When two of her children attended Edison High School, both developed relationships with the campus school officer “who they considered a friend, someone they could rely on and grow with,” she said.
But Cazares said she knows not every student in Fresno Unified has the same positive relationship, and she said it’s important not to dismiss their perspectives and experiences.
“They haven’t got another 16 officers just sitting there drinking coffee. And so are we going to put ourselves in jeopardy and let the contract lapse on the SROs?” — Trustee Terry Slatic
Cazares and Bullard area Trustee Terry Slatic both said that the report on the student focus groups is similar to what they’ve heard from students and parents in the community.
Trustee Veva Islas said Wednesday she hadn’t read the report yet and could not comment on it immediately. Islas had advocated for the district not to pay for police officers on campuses, saying the money would be better spent meeting the district’s education needs, even before last summer when Floyd’s killing sparked protests calling for police departments to be defunded.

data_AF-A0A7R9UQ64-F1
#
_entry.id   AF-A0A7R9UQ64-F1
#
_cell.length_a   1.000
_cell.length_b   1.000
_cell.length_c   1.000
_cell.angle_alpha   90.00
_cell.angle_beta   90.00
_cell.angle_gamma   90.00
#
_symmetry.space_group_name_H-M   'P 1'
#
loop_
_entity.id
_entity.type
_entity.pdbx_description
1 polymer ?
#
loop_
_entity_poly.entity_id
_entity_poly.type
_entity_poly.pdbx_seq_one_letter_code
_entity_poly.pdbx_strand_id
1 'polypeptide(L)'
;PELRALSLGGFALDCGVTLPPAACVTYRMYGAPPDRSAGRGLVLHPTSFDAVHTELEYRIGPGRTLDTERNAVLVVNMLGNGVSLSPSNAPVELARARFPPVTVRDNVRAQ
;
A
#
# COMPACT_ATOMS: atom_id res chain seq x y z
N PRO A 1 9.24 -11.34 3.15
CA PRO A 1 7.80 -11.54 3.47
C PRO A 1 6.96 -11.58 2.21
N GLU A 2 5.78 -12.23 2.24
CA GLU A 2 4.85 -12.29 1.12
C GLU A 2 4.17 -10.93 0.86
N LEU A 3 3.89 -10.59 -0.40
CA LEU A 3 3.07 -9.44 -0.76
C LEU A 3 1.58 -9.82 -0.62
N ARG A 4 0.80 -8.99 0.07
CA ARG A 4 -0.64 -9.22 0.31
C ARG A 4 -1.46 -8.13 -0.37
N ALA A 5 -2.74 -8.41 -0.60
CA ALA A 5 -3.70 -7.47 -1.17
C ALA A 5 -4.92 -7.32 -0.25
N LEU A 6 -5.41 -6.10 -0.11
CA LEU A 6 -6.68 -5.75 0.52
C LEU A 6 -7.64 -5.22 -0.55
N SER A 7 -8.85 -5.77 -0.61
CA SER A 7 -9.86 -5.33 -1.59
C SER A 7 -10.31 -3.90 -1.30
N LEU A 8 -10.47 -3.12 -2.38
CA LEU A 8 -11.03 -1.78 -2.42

When 60 people submitted public comments to trustees at a board meeting last June in support of removing school resource officers, Trustee Carol Mills said she didn’t believe they represented the majority in Fresno Unified because she had received a “bunch” of texts and emails during the meeting in support of school resource officers. Mills did not respond Wednesday to a texted request for comment about the student focus group findings.
Slatic: School Safety is Paramount
If trustees allow the contract to lapse, it could be some time — at least 18 months — before officers could reappear on campus, Slatic said. When the district ended its contract for police officers on middle school campuses, they were reassigned to other duties and aren’t available now for school safety, he said.
Slatic said he has told Superintendent Bob Nelson, “Once we let that thing lapse, we ain’t getting them back. They haven’t got another 16 officers just sitting there drinking coffee. And so are we going to put ourselves in jeopardy and let the contract lapse on the SROs?”